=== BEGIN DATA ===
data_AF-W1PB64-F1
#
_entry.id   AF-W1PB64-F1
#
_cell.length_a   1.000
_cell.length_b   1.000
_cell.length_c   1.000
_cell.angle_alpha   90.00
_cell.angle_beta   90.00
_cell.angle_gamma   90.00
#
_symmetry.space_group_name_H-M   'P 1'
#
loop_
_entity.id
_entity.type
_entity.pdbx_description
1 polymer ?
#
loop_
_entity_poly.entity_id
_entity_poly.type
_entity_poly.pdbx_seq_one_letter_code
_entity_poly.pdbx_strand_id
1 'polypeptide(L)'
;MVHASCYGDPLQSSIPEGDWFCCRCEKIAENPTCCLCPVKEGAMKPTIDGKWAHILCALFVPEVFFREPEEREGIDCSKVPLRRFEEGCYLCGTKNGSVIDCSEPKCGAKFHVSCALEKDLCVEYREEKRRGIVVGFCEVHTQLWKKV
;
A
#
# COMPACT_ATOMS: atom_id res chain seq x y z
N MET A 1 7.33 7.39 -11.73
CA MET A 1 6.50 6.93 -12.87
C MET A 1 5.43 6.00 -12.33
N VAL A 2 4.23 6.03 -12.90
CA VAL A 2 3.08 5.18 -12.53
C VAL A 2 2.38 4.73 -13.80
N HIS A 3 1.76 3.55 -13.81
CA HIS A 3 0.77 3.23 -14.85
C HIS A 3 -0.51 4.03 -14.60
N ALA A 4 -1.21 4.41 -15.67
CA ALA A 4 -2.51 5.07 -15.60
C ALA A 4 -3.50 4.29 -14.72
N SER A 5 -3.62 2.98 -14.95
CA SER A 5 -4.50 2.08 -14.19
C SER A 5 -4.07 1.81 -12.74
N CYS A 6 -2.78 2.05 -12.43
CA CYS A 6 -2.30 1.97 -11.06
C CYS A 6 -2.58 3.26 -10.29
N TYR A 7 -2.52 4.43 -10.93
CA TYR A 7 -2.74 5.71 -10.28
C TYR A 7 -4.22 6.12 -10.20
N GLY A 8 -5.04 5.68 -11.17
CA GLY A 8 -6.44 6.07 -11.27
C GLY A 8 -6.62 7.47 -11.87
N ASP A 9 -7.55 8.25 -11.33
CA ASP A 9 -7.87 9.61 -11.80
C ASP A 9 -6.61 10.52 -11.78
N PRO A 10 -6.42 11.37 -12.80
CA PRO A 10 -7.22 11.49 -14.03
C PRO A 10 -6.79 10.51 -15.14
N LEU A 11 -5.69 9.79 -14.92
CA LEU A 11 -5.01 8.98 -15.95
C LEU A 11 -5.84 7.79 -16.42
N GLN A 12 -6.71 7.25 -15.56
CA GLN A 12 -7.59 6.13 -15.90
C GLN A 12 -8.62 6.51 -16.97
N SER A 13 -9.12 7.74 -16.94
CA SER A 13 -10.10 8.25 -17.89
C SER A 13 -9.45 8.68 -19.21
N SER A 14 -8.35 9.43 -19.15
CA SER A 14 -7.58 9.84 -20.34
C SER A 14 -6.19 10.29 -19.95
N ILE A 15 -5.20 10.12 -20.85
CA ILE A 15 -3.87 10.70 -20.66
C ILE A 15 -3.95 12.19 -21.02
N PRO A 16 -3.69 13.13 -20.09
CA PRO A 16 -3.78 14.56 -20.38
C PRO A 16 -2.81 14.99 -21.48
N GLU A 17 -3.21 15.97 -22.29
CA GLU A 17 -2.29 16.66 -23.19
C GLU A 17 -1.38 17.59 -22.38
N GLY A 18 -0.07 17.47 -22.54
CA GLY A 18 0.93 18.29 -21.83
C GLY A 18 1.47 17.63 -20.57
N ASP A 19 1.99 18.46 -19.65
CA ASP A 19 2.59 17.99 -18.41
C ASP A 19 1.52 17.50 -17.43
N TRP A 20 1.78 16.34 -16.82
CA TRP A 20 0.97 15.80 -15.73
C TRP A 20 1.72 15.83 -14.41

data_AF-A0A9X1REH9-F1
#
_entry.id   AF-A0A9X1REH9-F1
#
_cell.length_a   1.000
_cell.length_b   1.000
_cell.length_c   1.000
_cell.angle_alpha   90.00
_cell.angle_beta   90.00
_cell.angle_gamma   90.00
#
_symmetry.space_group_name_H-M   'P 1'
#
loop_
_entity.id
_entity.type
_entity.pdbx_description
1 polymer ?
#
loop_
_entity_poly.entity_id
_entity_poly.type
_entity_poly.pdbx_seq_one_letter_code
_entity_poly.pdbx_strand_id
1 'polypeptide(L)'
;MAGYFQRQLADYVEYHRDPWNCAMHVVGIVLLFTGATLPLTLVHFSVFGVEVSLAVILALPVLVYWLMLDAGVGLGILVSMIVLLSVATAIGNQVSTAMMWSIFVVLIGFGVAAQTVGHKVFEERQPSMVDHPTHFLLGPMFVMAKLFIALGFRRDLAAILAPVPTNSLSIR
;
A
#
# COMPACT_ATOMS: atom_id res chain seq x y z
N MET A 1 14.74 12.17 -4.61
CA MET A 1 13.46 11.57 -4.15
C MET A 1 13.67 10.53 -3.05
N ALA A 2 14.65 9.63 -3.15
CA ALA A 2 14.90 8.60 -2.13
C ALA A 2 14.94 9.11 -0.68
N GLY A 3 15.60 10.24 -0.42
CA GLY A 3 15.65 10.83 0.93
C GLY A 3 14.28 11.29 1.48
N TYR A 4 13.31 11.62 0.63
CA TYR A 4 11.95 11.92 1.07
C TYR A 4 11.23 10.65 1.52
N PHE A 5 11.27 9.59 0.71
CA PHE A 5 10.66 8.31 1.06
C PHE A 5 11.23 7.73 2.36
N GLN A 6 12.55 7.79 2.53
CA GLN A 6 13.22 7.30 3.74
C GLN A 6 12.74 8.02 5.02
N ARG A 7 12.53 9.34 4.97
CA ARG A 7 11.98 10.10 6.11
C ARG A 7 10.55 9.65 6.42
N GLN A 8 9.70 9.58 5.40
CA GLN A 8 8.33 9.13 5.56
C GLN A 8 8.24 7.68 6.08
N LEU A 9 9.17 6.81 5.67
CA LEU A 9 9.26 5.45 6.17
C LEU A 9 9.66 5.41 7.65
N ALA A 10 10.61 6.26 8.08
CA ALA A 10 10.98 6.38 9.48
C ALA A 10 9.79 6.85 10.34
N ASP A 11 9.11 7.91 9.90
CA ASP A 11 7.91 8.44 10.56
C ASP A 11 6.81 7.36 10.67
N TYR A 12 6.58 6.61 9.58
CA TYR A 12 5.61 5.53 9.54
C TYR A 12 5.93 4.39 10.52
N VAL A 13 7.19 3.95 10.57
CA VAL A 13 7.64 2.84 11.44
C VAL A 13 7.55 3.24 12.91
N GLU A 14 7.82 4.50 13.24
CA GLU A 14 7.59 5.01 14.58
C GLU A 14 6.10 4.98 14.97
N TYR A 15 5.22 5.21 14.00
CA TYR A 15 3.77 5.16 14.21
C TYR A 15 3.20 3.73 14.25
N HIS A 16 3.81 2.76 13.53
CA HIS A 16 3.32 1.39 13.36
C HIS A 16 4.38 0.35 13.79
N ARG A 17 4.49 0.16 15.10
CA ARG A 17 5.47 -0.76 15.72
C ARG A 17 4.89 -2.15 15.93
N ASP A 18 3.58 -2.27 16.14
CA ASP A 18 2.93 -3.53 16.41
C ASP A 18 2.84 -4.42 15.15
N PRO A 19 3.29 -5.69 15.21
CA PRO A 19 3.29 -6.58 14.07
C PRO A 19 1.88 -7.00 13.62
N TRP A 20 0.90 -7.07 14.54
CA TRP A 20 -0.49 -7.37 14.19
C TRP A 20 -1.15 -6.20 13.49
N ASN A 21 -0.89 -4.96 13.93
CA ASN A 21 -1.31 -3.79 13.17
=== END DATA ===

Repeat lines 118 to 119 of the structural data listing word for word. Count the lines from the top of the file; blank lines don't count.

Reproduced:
A
#